How Does Your Child’s Vision Develop?
Just as babies aren’t born knowing how to walk and talk, they are not born with their visual sense fully developed, either. There are multiple steps when it comes to vision development in infants, starting from the point where your child sees mostly fuzzy, black and white images to him or her being able to focus both eyes, see in full color, track and switch between multiple targets and accurately judge distance.
If you have a newborn and are curious about how their vision should develop, read on for details.
Vision Development During the First Year
For the first two months, a baby’s eyes are not yet coordinated and may go off in different directions; they are still learning to focus on individual objects. By the third month, they should be able to follow a moving object and even reach out for it.
For the first four months, a child has difficulty switching back and forth from different objects when focusing their eyesight. They will typically focus on something about 8 to 10 inches from the face. Depth perception should finally start to develop around the fifth month, as should more clearly defined color vision.
From eight to 12 months, babies are starting to crawl, sit up and walk. All of these activities help to improve hand-eye coordination.
Vision Development Between One and Two Years of Age
Between one and two years, the child should have well developed hand-eye coordination and depth perception, so they can reach for things and throw things accurately. They should also be able to recognize familiar objects or pictures by age two.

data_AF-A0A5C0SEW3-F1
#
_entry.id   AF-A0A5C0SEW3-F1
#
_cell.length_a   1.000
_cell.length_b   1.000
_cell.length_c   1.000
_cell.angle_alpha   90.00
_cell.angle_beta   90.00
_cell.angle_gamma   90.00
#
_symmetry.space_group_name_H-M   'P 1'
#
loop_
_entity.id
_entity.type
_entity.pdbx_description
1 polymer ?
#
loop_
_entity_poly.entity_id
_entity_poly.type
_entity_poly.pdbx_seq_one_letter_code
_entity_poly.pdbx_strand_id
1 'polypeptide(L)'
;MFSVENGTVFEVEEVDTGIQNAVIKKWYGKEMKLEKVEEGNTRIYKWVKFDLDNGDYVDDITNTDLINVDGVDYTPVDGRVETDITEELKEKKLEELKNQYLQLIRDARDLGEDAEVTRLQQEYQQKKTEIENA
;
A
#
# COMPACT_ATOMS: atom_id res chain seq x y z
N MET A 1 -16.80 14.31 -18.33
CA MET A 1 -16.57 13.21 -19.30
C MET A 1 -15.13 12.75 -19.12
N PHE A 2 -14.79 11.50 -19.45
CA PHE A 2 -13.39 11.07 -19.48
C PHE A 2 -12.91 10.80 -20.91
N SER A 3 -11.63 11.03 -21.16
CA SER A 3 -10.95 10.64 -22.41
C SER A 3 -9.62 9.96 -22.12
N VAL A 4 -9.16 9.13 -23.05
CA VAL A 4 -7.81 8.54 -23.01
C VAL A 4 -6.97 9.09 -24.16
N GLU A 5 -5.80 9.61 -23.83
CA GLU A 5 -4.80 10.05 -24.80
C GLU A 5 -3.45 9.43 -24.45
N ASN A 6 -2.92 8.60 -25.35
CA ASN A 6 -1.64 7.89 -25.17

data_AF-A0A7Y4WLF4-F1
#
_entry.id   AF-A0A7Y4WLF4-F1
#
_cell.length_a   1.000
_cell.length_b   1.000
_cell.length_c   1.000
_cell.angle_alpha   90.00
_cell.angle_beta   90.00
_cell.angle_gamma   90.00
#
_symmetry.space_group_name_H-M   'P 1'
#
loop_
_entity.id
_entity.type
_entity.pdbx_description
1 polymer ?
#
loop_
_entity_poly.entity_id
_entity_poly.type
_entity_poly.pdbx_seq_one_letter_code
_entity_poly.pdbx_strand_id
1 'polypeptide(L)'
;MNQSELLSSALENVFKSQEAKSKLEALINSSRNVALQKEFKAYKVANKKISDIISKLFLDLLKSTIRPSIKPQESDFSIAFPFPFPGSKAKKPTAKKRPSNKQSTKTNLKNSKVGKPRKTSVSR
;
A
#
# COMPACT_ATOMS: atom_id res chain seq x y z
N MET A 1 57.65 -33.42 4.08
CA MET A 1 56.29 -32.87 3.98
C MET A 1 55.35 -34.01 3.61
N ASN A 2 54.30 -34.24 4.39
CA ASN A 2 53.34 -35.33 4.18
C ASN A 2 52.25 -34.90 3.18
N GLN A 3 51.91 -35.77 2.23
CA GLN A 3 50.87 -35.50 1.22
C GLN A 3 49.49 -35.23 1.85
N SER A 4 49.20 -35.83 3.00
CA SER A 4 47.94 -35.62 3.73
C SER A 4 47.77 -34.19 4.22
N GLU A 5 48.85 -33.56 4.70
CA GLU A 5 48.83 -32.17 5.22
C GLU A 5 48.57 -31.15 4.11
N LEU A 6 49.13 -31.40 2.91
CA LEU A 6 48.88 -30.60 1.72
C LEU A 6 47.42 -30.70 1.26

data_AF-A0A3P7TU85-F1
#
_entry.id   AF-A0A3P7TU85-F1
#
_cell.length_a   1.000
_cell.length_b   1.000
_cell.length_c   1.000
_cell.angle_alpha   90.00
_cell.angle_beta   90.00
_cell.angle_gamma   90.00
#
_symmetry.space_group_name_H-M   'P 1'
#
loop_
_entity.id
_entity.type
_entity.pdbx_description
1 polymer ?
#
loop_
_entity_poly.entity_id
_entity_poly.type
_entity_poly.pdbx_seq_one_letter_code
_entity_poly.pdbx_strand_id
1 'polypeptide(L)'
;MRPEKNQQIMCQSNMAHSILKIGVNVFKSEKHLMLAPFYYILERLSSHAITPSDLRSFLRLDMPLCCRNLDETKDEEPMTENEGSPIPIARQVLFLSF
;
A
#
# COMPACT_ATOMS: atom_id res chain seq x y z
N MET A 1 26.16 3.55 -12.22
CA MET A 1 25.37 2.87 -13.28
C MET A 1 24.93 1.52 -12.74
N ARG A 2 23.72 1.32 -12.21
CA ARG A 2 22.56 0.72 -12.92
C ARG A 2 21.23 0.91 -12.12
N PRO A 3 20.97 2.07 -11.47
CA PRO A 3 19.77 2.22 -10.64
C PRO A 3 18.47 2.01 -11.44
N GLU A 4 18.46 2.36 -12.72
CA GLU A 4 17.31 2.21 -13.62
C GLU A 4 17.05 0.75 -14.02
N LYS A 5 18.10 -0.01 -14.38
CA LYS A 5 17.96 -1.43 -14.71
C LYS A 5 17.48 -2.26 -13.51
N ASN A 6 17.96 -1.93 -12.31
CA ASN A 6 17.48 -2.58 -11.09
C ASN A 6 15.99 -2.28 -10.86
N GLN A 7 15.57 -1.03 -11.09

Depth perception, focusing, and tracking should continue to develop through early and into middle childhood, and convergence, where both eyes are focused on the same object at the same time, should be mostly developed by the age of seven.
Vision Examinations for Children
It’s very important that your child receive a comprehensive eye examination in the first twelve months. According to an American Optometric Association (AOA) survey, only 18% of parents had their pre-one year old get an eye exam in 2011. The AOA recommends you get your child a comprehensive eye exam at 6 months.
5 to 10% of preschool-age children and 25% of school-age children have some kind of vision problem, and in many cases, early diagnosis can be key to how responsive your child is to treatment for their vision problems. In addition, vision problems can mimic learning disabilities, so the sooner you have your child’s vision corrected, the more likely they are to have fewer struggles with their lessons in school.
After the 6-month exam, unless the doctor recommends otherwise, you should plan to have your child’s eyes examined at age 3 and right before entering the first grade. Once your child enters school, if they need corrective lenses they should be examined every year, if not, every two years.
Scheduling Your Child’s Eye Exam
Scheduling eye exams for your child is easy, and an eye examination tends to be much less invasive than other physical medical examinations, so your child should experience little anxiety or discomfort when receiving their eye exam.
If you are in the Portland area and which to schedule an eye exam for your child with highly professional optometrists in a comfortable environment, please do not hesitate to contact Beaumont Vision today.Tags: baby eye problems, baby vision, early vision development, infant eye exams